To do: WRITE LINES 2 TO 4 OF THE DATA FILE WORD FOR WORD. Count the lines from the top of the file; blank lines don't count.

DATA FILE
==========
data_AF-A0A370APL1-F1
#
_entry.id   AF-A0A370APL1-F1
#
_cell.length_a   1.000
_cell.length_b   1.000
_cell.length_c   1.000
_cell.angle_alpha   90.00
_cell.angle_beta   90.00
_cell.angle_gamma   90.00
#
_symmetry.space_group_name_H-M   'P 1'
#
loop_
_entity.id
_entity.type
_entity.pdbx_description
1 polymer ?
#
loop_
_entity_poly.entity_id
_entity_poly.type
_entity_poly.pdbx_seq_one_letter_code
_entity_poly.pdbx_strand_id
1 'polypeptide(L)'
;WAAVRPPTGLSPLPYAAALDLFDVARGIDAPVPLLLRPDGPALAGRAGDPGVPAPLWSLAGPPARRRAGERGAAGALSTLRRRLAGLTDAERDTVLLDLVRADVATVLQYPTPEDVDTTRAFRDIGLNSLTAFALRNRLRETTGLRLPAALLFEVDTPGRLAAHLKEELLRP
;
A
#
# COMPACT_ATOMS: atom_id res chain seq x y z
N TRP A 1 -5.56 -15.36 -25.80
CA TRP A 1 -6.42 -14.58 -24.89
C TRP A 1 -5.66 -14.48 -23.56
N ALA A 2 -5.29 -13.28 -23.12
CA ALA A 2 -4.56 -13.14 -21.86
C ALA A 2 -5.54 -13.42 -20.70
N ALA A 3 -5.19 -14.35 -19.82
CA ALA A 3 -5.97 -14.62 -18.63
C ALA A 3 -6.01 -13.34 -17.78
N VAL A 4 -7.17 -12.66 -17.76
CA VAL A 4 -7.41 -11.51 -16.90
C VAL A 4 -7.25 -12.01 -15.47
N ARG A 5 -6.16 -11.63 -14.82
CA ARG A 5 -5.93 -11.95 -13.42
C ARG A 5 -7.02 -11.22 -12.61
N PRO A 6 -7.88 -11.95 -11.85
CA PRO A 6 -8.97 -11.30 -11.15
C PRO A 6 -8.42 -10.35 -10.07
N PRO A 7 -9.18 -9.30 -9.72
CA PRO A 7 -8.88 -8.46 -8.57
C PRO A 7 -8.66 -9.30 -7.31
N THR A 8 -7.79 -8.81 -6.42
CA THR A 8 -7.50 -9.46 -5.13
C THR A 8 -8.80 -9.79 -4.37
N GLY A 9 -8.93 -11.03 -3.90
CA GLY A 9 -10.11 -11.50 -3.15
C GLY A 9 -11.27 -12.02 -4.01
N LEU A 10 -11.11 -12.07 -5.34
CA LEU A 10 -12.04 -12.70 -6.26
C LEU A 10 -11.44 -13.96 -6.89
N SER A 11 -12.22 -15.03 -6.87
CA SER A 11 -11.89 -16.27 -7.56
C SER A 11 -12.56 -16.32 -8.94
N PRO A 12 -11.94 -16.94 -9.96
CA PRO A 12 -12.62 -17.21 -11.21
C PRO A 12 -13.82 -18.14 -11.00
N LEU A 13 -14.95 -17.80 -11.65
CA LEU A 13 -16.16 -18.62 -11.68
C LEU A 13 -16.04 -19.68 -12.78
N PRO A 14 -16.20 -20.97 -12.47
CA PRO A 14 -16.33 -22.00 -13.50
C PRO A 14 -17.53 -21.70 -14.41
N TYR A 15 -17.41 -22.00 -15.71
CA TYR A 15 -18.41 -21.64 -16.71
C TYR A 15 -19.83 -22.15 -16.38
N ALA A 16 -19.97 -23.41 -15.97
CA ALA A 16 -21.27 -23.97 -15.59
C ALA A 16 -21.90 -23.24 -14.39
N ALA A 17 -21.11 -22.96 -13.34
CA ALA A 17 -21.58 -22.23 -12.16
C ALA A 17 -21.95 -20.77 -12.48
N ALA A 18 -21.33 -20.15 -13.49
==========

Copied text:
#
_entry.id   AF-A0A370APL1-F1
#